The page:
Quite a few examples of “Big Exits” were listed in the report, although not all were described by name. Some of the biggies in 2011 were reported widely here and elsewhere in the media—companies like Berkeley, CA-based Plexxikon, Seattle-based Calistoga Pharmaceuticals, Woburn, MA-based BioVex, and San Diego-based Intellikine were among the greatest hits.
Not everything turned up rosy in the report. VCs had to wait an average of about seven years for a biotech investment to yield a return, and eight years in medical devices. That’s difficult to sustain in an industry where venture funds are supposed to deliver returns in 10 years, Salehizadeh says. “If there’s one thing that gives me pause in this report is that average time to exit is trending up,” he says.
Jon Norris, a managing director with Silicon Valley Bank and the author of the report, says he saw a few surprising trends in the data, including the increased value acquirers are placing on biotech assets that haven’t yet advanced into clinical trials. Big Pharma companies have been competing for deals in that early-stage category partly as their own R&D pipelines have dried up, and many of the best biotech assets that are more validated, and further along in late-stage development, have already been snapped up.
“There are novel assets out there with big market potential, because of that you’re getting a lot of interest at the early stage,” Norris says. The investment math at that stage is also more attractive for VCs, he added, because they don’t have to foot the bills when drug development gets really expensive, in Phase II and III clinical trials.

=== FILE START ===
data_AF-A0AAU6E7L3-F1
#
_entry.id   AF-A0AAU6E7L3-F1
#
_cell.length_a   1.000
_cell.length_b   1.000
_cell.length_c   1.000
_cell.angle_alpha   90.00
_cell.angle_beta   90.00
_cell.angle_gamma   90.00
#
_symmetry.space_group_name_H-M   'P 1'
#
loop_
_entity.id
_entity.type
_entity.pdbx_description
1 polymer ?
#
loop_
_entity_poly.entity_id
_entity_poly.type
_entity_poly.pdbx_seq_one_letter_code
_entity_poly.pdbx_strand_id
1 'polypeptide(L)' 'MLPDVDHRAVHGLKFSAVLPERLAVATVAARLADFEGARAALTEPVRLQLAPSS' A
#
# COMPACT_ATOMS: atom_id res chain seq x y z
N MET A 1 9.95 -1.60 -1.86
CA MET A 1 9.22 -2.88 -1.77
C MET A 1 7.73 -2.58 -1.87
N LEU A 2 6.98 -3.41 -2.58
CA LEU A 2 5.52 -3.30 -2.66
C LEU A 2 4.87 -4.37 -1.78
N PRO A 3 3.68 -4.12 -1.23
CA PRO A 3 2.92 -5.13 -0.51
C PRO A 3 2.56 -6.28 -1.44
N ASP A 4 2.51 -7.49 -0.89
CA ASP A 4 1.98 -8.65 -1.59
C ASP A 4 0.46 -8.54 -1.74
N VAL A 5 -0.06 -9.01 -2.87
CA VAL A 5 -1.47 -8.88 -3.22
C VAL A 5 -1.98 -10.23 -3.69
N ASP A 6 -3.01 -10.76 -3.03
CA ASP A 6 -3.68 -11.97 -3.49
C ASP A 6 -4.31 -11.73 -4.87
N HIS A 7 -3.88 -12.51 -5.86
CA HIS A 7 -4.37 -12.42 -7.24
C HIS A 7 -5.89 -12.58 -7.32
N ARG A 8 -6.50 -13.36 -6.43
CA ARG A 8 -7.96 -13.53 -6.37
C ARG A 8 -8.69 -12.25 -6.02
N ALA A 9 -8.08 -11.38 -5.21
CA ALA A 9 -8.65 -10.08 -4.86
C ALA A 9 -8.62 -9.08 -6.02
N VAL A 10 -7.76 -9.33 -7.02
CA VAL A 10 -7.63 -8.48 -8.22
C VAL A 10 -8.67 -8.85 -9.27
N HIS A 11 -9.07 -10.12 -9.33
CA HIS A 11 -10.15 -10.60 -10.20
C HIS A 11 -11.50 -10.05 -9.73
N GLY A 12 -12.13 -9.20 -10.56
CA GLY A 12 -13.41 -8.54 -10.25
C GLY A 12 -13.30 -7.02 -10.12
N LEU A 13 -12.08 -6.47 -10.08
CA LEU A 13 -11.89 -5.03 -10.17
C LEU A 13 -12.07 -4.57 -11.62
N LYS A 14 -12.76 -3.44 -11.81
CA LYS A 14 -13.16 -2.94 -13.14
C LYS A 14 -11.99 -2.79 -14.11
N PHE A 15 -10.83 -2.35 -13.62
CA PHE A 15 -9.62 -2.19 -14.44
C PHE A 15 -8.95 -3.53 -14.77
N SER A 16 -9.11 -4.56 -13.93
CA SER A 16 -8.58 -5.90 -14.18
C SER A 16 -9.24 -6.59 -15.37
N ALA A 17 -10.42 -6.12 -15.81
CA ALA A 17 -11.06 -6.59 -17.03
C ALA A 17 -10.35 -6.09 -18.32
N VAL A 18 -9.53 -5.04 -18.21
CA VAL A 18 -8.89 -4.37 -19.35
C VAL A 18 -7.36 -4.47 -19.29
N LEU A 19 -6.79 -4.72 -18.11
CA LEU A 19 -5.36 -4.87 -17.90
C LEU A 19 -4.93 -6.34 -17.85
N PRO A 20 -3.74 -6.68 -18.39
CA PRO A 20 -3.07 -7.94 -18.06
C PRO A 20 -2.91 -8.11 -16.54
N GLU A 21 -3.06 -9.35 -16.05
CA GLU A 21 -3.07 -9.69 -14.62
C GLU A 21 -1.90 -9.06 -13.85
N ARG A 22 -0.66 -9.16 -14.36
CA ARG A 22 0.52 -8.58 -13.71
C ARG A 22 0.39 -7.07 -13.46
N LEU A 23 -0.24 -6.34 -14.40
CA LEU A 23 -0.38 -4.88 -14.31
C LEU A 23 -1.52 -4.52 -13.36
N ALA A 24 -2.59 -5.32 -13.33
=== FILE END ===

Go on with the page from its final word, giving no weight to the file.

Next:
All of these trends have altered the power dynamic between entrepreneurs and investors. As Norris notes, in technology, where there is more venture capital chasing fewer world-changing Facebook-like ideas, “the power is with the entrepreneur on the negotiation side.” The opposite is true in biotech, where a smaller group of active venture capitalists have more opportunity to pick the best companies they want to invest in, on favorable terms to them and their partners. “It’s a great time for investors with new capital, fresh capital, to invest in life sciences as a sector,” Norris says.
Salehizadeh, while saying he tries not to be a ‘rah-rah’ guy and seeks to maintain a healthy skepticism, agrees that now is a great time to be investing in life sciences. He points to two mega-trends working in favor of biotech investors—the relatively thin R&D pipelines at Big Pharma and public biotech companies, and a record sum of $350 billion in cash sitting on the balance sheets of S&P500 healthcare companies. That cash can be used for a number of things, but one obvious idea is to use it to keep buying biotech companies to fill up the R&D pipeline.
Still, betting on biotech is clearly not for everybody, and it’s pretty much impossible to put in a couple million and expect to get a $1 billion return in a couple years. But that doesn’t mean biotech can’t compete with tech as a sector for investment.
“Big companies buy little companies when their own R&D productivity slows down, and they have a lot of cash,” Salehizadeh says. “There are no Instagrams in biotech, and there probably never will be. That’s OK. But you can still make your partners happy in healthcare.”